Baby steps have brought Ronan a tiny bit closer to those successes.  Lots more work will be needed to get Ronan closer to success and toward independence:

Not Yet can my child walk one city block by himself, but he still lets me hold his hand when we go for walks in our neighborhood!

Not Yet can Ronan use public transportation without assistance, but he’s able to sit without any meltdowns in the car wherever we go! 

Not Yet does Ronan call friends on the phone to make plans with them, but he sure does love video calling Daddy when he’s on a work trip!

I’m going to stick with the Not Yet answers for now.  That may not be officially acceptable by the agencies or entities asking for information, but it’s a perfect response for our situation.  It gives Ronan, and me, room for improvement.  Not yet is my child doing whatever is age appropriate.  Not yet is my son on grade level for some school subjects.  Not yet have we controlled the seizures with certain treatment suggestions.  But by golly, he’s still trying.  And I’m still trying, too!  With every task he’s asked, with every obstacle he overcomes, with every effort he makes, Ronan’s trying.  He’s trying to catch up, to maintain, and to do his best.  I don’t care what the forms say.  I don’t need to waste time worrying where he falls on a scale.  I know he’s delayed.  I know his skills are limited.  I know he needs help.  He’s getting help.  He’s getting loads of support from people who love him and want to care for him.  Because of that, Ronan is learning.  He is growing.  He is happy.  And he is moving in a forward direction at his pace.  As long as he keeps moving forward, I’m happy. 

Cathy Jameson is a Contributing Editor for Age of Autism. 

 

 

Comments

Cia

Thank you, Beleaguered Autism Mom, I've also been dealing with this for years, Cecily is 19 now.

We didn't have any luck with a private therapist either. And the public school therapist, when I explained that you need to repair the language neural circuits in the brain damaged by the vaccine encephalitis which causes autism and stroke-like damage, especially to the langauge and social center of the brain, and you can do so by using ESL methods, English as a Second Language, and that I had already had remarkable success with my daughter by doing so. But it means setting specific minute goals (which is gold-standard ABA therapy for autism), modeling them, practicing them in very restricted, easy contexts, working up to using them independently. Just like learning a foreign language, which these children (or adults, I guess) are doing. I explained it, and the speech therapist said: But that would take YEARS AND YEARS! I said yes, it would. It has. So? The alternative is to not do anything, not teach anything, not accomplish anything, and then throw up your hands and say Well, we did everything possible. When you haven't done one single thing.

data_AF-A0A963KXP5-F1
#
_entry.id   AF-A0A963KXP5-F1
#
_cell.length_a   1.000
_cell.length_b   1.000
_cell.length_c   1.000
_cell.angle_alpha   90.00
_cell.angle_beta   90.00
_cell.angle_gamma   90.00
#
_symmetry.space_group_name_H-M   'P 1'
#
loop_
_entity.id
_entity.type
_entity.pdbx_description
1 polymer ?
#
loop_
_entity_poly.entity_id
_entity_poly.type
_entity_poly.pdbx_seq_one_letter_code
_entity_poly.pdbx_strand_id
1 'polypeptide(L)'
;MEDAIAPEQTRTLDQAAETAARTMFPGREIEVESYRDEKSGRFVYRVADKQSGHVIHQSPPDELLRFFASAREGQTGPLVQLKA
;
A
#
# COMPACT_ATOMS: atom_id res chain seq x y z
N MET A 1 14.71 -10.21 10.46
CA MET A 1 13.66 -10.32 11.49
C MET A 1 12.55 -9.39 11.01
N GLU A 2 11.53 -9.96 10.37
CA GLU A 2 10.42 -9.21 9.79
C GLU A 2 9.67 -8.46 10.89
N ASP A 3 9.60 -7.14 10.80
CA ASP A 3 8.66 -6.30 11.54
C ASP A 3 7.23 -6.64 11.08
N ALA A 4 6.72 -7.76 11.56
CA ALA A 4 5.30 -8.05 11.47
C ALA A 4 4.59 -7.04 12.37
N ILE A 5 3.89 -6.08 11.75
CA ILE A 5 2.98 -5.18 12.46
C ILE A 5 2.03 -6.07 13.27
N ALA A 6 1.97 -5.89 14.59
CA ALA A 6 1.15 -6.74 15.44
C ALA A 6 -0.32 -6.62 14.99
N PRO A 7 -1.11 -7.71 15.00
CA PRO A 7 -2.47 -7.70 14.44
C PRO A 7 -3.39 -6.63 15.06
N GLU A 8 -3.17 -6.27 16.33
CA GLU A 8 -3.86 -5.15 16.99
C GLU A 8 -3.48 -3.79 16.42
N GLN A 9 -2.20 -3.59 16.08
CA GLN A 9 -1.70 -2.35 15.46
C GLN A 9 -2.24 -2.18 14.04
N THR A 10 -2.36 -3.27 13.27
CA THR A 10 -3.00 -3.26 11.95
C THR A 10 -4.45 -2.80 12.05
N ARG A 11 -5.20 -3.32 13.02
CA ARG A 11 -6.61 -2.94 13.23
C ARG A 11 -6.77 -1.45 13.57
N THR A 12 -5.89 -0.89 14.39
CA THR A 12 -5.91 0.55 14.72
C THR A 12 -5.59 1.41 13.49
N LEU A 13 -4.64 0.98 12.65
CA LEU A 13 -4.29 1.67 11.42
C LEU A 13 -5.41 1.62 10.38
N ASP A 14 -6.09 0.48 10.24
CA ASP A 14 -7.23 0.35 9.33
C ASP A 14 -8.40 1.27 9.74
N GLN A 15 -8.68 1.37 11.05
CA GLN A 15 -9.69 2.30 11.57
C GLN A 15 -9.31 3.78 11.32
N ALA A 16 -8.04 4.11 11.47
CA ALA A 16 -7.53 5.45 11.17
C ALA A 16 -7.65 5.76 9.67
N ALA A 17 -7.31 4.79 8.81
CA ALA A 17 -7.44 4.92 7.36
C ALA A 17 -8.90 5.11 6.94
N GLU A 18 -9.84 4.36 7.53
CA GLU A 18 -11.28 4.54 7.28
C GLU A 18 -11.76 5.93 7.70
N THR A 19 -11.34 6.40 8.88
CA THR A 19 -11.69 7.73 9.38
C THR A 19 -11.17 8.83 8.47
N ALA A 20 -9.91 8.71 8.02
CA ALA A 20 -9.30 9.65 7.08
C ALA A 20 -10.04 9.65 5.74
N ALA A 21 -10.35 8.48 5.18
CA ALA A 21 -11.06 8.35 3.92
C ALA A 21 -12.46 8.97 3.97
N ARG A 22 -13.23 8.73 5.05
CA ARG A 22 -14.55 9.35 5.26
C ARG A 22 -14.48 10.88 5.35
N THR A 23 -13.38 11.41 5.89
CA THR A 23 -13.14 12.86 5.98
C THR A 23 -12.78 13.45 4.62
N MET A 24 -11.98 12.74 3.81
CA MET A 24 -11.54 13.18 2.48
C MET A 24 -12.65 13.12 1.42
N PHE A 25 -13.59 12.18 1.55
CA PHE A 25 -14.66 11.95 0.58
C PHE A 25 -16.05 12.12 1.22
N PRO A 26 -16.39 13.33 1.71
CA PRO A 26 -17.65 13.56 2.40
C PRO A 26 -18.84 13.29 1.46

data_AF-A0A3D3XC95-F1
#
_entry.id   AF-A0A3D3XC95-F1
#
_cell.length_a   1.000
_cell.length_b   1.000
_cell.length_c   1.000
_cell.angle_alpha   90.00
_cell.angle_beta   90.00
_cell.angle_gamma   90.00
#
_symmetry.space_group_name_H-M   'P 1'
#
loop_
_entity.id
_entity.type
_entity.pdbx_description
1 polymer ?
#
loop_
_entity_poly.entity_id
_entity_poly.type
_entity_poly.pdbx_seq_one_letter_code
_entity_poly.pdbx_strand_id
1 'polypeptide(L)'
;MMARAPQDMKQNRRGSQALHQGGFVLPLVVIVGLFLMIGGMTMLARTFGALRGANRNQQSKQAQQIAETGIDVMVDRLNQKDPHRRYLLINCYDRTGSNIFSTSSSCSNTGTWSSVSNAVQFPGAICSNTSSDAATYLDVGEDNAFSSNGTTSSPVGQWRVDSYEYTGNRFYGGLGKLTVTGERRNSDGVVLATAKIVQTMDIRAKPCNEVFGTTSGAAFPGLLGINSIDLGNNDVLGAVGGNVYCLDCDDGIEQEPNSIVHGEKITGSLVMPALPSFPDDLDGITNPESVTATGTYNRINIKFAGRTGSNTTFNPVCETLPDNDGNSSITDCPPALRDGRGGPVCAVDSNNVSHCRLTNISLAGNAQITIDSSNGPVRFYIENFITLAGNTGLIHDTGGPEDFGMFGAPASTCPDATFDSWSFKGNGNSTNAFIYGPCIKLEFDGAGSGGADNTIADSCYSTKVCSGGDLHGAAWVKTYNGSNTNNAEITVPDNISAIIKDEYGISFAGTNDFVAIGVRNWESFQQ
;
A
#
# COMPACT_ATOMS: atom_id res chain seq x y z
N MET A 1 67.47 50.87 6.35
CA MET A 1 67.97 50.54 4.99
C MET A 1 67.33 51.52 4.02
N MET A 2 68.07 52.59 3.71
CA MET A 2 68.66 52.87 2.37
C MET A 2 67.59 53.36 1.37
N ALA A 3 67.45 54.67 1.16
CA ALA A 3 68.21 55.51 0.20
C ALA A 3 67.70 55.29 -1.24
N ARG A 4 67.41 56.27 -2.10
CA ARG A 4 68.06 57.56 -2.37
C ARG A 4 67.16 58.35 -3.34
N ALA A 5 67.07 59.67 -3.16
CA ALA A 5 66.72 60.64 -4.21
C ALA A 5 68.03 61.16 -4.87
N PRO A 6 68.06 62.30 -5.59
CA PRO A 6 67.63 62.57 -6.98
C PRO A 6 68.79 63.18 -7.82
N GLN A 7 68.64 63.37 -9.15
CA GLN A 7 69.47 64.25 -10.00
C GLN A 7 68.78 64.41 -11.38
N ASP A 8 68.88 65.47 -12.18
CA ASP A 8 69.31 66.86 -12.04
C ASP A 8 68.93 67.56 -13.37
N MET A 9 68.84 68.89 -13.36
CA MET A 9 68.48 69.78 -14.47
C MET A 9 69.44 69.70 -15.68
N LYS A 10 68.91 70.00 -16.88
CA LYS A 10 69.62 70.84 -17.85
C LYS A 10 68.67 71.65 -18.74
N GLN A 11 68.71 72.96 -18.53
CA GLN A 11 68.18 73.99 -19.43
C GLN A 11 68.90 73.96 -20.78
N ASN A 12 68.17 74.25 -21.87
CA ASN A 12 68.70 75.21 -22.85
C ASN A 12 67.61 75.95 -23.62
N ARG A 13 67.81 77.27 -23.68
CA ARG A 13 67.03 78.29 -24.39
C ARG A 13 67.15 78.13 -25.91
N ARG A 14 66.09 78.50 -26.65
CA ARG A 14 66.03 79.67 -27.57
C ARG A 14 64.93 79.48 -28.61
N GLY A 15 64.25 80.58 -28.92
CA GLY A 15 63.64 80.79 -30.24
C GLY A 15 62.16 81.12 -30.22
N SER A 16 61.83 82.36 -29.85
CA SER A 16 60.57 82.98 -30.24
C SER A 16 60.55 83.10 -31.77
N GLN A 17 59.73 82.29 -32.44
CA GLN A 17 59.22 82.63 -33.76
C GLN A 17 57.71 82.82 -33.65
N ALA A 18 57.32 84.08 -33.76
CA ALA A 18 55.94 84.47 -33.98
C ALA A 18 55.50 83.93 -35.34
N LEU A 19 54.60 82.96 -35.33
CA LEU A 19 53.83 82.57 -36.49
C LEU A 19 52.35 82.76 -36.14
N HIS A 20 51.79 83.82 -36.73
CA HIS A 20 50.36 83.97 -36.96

I suggested working as a team, I would email her and the private therapist what specific construction we were working on at home (and we've done four Cambridge Connect books, four Interchange books, and two Passages books. I'm now planning to start Let's Talk, but if possible use Skype to have the class with some of my friends in Mexico City, who said they'd be interested in such a class. Cecily is enthusiastic about the idea, and it would set up specific grammar and topic/vocabulary goals for each lesson.) She's still hesitant to speak independently, but has said some very complex independent sentences when under stress.

And guess what the therapist said about working as a team, everyone focusing on the same goal at the same time? Like What would you have done if....? (We were up to that level after years of ESL work at home.) Each person contributing her own ideas for setting up situations to practice it. And she said Oh, if I were to do something not specifically recommended by the National Association of Pharma-Endowed Speech and Language Therapists, I could lose my license.